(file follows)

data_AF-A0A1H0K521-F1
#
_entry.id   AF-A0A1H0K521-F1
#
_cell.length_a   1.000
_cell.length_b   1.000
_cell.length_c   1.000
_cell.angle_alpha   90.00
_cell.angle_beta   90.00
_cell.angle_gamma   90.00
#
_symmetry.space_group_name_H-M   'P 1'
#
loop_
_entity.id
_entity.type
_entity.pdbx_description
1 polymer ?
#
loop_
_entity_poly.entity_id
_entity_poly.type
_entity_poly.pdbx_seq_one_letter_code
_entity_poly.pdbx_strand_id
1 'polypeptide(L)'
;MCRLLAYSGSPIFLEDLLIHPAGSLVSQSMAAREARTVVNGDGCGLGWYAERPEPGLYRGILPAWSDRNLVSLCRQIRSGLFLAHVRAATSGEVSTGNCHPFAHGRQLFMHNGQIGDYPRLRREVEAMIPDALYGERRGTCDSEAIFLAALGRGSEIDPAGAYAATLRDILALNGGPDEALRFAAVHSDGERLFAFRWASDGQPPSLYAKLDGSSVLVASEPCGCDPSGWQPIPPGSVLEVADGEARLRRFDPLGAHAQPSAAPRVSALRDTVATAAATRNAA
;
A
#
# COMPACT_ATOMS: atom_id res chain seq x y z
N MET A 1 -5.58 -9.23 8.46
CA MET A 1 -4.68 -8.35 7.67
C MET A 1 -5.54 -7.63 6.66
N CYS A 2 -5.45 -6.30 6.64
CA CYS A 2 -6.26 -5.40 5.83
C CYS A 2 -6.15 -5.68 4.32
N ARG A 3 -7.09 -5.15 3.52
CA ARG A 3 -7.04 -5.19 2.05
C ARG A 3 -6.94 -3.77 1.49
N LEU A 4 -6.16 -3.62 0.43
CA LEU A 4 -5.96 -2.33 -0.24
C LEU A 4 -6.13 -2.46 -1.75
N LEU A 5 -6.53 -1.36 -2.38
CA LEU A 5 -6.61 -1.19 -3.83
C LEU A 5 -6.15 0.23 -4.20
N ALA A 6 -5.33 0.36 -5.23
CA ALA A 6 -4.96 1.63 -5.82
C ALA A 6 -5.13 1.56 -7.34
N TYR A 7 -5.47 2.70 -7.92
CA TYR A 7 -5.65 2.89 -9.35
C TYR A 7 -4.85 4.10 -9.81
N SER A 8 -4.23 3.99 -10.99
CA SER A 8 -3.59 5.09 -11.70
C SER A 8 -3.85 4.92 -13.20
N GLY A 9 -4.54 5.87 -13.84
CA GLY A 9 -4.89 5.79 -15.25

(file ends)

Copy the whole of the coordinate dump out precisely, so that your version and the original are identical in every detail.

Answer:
data_AF-A0A1H0K521-F1
#
_entry.id   AF-A0A1H0K521-F1
#
_cell.length_a   1.000
_cell.length_b   1.000
_cell.length_c   1.000
_cell.angle_alpha   90.00
_cell.angle_beta   90.00
_cell.angle_gamma   90.00
#
_symmetry.space_group_name_H-M   'P 1'
#
loop_
_entity.id
_entity.type
_entity.pdbx_description
1 polymer ?
#
loop_
_entity_poly.entity_id
_entity_poly.type
_entity_poly.pdbx_seq_one_letter_code
_entity_poly.pdbx_strand_id
1 'polypeptide(L)'
;MCRLLAYSGSPIFLEDLLIHPAGSLVSQSMAAREARTVVNGDGCGLGWYAERPEPGLYRGILPAWSDRNLVSLCRQIRSGLFLAHVRAATSGEVSTGNCHPFAHGRQLFMHNGQIGDYPRLRREVEAMIPDALYGERRGTCDSEAIFLAALGRGSEIDPAGAYAATLRDILALNGGPDEALRFAAVHSDGERLFAFRWASDGQPPSLYAKLDGSSVLVASEPCGCDPSGWQPIPPGSVLEVADGEARLRRFDPLGAHAQPSAAPRVSALRDTVATAAATRNAA
;
A
#
# COMPACT_ATOMS: atom_id res chain seq x y z
N MET A 1 -5.58 -9.23 8.46
CA MET A 1 -4.68 -8.35 7.67
C MET A 1 -5.54 -7.63 6.66
N CYS A 2 -5.45 -6.30 6.64
CA CYS A 2 -6.26 -5.40 5.83
C CYS A 2 -6.15 -5.68 4.32
N ARG A 3 -7.09 -5.15 3.52
CA ARG A 3 -7.04 -5.19 2.05
C ARG A 3 -6.94 -3.77 1.49
N LEU A 4 -6.16 -3.62 0.43
CA LEU A 4 -5.96 -2.33 -0.24
C LEU A 4 -6.13 -2.46 -1.75
N LEU A 5 -6.53 -1.36 -2.38
CA LEU A 5 -6.61 -1.19 -3.83
C LEU A 5 -6.15 0.23 -4.20
N ALA A 6 -5.33 0.36 -5.23
CA ALA A 6 -4.96 1.63 -5.82
C ALA A 6 -5.13 1.56 -7.34
N TYR A 7 -5.47 2.70 -7.92
CA TYR A 7 -5.65 2.89 -9.35
C TYR A 7 -4.85 4.10 -9.81
N SER A 8 -4.23 3.99 -10.99
CA SER A 8 -3.59 5.09 -11.70
C SER A 8 -3.85 4.92 -13.20
N GLY A 9 -4.54 5.87 -13.84
CA GLY A 9 -4.89 5.79 -15.25